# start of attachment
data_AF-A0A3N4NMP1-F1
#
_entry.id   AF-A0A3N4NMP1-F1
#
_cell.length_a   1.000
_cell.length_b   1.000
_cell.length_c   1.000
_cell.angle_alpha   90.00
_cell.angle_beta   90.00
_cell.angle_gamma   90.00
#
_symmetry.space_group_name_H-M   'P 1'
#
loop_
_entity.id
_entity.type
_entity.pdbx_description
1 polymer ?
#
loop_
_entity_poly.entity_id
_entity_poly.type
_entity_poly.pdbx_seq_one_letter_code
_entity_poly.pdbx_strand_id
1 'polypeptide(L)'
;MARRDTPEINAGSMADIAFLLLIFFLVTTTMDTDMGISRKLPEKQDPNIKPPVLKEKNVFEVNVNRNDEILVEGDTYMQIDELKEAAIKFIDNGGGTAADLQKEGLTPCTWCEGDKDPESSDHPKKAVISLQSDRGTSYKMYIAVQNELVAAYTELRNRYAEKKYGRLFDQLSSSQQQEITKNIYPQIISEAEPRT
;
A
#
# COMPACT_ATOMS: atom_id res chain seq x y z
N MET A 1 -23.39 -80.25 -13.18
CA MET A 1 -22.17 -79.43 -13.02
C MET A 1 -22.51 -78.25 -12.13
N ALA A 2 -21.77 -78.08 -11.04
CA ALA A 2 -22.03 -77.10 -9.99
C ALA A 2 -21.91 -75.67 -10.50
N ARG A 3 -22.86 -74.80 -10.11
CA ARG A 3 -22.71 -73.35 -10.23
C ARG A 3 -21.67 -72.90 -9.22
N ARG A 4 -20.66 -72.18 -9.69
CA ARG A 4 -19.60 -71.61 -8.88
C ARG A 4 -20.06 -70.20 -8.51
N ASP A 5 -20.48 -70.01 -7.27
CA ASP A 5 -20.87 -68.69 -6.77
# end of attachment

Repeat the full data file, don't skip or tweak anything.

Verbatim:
data_AF-A0A3N4NMP1-F1
#
_entry.id   AF-A0A3N4NMP1-F1
#
_cell.length_a   1.000
_cell.length_b   1.000
_cell.length_c   1.000
_cell.angle_alpha   90.00
_cell.angle_beta   90.00
_cell.angle_gamma   90.00
#
_symmetry.space_group_name_H-M   'P 1'
#
loop_
_entity.id
_entity.type
_entity.pdbx_description
1 polymer ?
#
loop_
_entity_poly.entity_id
_entity_poly.type
_entity_poly.pdbx_seq_one_letter_code
_entity_poly.pdbx_strand_id
1 'polypeptide(L)'
;MARRDTPEINAGSMADIAFLLLIFFLVTTTMDTDMGISRKLPEKQDPNIKPPVLKEKNVFEVNVNRNDEILVEGDTYMQIDELKEAAIKFIDNGGGTAADLQKEGLTPCTWCEGDKDPESSDHPKKAVISLQSDRGTSYKMYIAVQNELVAAYTELRNRYAEKKYGRLFDQLSSSQQQEITKNIYPQIISEAEPRT
;
A
#
# COMPACT_ATOMS: atom_id res chain seq x y z
N MET A 1 -23.39 -80.25 -13.18
CA MET A 1 -22.17 -79.43 -13.02
C MET A 1 -22.51 -78.25 -12.13
N ALA A 2 -21.77 -78.08 -11.04
CA ALA A 2 -22.03 -77.10 -9.99
C ALA A 2 -21.91 -75.67 -10.50
N ARG A 3 -22.86 -74.80 -10.11
CA ARG A 3 -22.71 -73.35 -10.23
C ARG A 3 -21.67 -72.90 -9.22
N ARG A 4 -20.66 -72.18 -9.69
CA ARG A 4 -19.60 -71.61 -8.88
C ARG A 4 -20.06 -70.20 -8.51
N ASP A 5 -20.48 -70.01 -7.27
CA ASP A 5 -20.87 -68.69 -6.77